Thursday, July 20, 2006

Hydraulic License Rock

The quality of this YouTube feed is better than most. The quality of the music is too:

That's Cream re-united and performing "White Room," probably their best known song. I've watched it many times. It occurs to me that it explains a lot about rock music.

Those are old men. Eric Clapton, playing the black stratocaster, has his hair mussed just so as a sop to youth, but they're old farts. Old farts playing rock music are lame. Cream is not. Here's why:

The term rock music has been twisted and stretched to cover just about any set of noises organized to sell discs. It's as if forty or fifty years ago a religion was founded, and you had to get the A and R rabbis at the record companies and radio stations to announce you were kosher, ie: rock and roll, to be consumed.

If there's anything lamer than old, bald men in spandex still yelping about the discontents of teenagers as if they were still in junior high, I haven't seen it. "Hope I die before I get old" only stirs the blood if the blood doesn't require Geritol. You're not allowed to pick that gauntlet back up and complain about your backache while doing so, too.

Performers used to acknowledge that their shelf life as young rebels "fighting the man" was short, and if they wanted to keep performing afer it expired, they'd have to become part of the nostalgia industry. Listening to Peter Frampton in 1976 is excusable. Listening to Peter Frampton to remind you of 1976 is excusable. Listening to Peter Frampton as anything else is kinda silly.

Cream is a part of a tradition of adult music. they listened to music from America's black musical tradition, where it is was plenty acceptable to be an adult, and consider adult themes. When they were young, they were striving to be old. Now they are old, and need not strive.

I watched them, and knew that I had seen their like before; but not where you'd think. They were operating their machinery, and I had seen men operate familiar machinery before. I've known many men, skilled in the rough arts: masonry and concrete finishing and excavation and demolition and blasting--men past their physical prime, but still tough as nails, and wise; and able to leave any three youngsters in their dust.

They sit in the chair in the excavator, and their knobby hands move the levers just so, and they move the bucket with the delicacy of the teaspoon. They wake up tired, and yet they never tire while working, because they husband their energies where the young and strong and dumb flail away and drop out.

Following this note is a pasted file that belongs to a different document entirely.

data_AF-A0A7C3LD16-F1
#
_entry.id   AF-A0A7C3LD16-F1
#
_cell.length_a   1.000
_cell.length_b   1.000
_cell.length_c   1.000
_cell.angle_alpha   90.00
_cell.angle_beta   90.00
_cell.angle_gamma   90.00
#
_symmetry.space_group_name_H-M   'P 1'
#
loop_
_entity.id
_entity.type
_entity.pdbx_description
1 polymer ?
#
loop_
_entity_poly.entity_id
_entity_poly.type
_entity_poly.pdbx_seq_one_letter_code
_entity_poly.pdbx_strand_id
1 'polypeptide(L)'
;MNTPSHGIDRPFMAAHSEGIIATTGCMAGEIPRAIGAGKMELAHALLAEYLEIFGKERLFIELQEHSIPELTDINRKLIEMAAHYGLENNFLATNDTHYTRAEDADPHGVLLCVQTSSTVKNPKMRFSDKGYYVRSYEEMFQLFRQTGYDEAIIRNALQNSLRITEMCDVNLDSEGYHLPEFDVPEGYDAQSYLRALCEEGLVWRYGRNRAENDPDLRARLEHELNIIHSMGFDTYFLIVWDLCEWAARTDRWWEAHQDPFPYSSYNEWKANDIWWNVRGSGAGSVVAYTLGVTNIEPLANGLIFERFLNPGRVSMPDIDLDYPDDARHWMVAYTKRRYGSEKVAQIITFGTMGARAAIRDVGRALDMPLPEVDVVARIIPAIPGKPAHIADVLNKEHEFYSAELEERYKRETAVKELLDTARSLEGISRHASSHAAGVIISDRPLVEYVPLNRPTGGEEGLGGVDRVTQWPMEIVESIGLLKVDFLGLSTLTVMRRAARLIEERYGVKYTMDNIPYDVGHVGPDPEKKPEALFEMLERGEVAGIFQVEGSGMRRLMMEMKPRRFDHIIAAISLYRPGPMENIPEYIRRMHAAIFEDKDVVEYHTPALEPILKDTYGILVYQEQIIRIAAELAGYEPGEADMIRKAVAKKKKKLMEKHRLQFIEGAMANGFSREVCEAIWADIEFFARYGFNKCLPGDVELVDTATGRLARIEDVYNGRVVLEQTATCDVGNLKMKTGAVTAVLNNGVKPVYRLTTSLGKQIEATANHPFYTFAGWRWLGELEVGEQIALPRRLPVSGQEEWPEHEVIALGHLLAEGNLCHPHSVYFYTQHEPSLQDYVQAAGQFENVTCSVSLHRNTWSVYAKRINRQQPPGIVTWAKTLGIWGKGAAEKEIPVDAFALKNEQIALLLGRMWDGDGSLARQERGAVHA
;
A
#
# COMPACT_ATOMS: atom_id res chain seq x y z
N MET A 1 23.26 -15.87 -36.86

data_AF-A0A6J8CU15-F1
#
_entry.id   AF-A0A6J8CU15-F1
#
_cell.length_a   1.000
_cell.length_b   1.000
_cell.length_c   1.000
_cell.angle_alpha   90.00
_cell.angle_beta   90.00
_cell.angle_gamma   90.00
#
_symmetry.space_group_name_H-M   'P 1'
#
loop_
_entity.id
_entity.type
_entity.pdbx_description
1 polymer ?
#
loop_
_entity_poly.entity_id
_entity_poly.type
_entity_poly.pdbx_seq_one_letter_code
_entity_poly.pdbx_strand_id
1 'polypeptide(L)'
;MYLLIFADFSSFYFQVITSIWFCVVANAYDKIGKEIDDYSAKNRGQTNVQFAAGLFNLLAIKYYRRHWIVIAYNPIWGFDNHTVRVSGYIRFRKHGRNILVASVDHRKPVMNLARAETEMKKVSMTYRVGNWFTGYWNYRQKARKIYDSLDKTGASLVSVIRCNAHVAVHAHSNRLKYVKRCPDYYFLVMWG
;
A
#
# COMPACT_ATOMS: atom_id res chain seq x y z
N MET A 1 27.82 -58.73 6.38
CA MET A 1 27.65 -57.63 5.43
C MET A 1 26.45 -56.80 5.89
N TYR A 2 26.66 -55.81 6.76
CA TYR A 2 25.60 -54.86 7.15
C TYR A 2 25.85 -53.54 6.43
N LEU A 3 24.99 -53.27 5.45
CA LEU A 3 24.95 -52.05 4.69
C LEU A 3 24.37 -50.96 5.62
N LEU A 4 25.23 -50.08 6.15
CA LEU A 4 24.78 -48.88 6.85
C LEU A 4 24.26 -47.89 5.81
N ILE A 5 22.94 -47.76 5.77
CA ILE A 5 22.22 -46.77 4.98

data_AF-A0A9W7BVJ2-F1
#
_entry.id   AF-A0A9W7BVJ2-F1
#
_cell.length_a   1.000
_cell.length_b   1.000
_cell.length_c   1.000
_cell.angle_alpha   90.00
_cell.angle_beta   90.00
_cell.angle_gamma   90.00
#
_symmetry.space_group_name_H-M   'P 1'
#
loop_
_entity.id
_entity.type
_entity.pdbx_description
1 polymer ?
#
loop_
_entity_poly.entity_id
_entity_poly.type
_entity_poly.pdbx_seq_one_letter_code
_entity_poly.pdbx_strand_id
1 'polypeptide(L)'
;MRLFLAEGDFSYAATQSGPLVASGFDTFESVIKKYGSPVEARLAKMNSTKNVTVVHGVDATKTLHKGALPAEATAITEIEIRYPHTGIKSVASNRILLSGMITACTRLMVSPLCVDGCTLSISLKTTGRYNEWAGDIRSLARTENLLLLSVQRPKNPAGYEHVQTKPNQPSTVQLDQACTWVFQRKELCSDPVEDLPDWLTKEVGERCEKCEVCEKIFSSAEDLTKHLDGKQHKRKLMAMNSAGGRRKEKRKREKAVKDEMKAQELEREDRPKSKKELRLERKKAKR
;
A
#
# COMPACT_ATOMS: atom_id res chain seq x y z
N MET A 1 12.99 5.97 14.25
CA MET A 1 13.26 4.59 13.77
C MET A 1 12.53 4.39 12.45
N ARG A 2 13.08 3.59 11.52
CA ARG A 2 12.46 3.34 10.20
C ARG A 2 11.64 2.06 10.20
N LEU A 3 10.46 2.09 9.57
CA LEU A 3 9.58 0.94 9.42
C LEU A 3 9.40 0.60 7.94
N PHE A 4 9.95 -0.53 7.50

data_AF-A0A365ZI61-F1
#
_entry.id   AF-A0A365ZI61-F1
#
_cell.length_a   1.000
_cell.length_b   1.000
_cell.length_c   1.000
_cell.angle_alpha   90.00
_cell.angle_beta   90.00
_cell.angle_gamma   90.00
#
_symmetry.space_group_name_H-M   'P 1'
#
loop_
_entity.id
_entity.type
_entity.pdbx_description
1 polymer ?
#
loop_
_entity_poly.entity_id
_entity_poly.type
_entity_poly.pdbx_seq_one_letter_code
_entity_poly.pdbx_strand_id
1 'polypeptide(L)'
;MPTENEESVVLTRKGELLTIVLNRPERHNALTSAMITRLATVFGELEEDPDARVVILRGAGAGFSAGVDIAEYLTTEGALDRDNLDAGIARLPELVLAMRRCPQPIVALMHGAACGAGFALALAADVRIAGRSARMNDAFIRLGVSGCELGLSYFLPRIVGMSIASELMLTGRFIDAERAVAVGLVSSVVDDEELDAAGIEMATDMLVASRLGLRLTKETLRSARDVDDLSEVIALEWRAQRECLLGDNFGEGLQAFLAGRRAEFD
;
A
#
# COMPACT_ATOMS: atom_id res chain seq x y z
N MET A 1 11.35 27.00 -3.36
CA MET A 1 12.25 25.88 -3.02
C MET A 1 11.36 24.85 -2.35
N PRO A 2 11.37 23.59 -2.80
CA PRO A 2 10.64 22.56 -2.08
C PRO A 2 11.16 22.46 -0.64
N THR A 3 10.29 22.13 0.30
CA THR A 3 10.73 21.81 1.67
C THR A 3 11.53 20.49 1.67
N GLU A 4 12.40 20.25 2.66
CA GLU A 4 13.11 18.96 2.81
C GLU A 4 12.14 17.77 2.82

They stand in the shade whenever possible, and rest when it is offered, but do not flag.

And they smile at one another at the end of the day's work, exactly the same smile exchanged at the end of this song; a knowing smile among those who have earned the respect of a fellow adult man.

And the young men watch them and learn.


David53 said...

"White Room" was originally released in 1968 or 1969 on the "Wheels of Fire" album. I was in high school then and remember Steven Piper, a wanna be guitarist whose Dad was a diplomat in Boliva, telling me that it was the greatest rock and roll song ever, best drums, best guitar. Funny how you remember details like that, but ask me what classes I took that year and I couldn't answer you.

Icepick said...

I once worked a few weeks in road construction. (The time was cut short by severe injuries received in a car accident, not because I quit or was fired. I would have loved to have worked there longer.) I had the opportunity a few times to work one of the front-end loaders. That job looks so easy when you're working in the trench with a shovel.

But I could not do the job well with the loader! I couldn't seem to get the bucket more than half full, while the other guy had heeping loads every scoop. The guys on site had a good-natured laugh at my expense.

Of course, the other guy had been in the business for almost 50 years at that point. He had built a construction company from scratch, turned it into a large multi-national business, and then sold it when he retired as a very wealthy man. After about a month of retirement, his wife threatened to kill him if he didn't get out of her hair. So he went back to work as a site foreman and grader operator for a small company. He was ecstatic to be working again.

Lesson Learned: The easy looking jobs can be really damned hard!

Bonus Lesson: Those old guys can run rings around the young guys.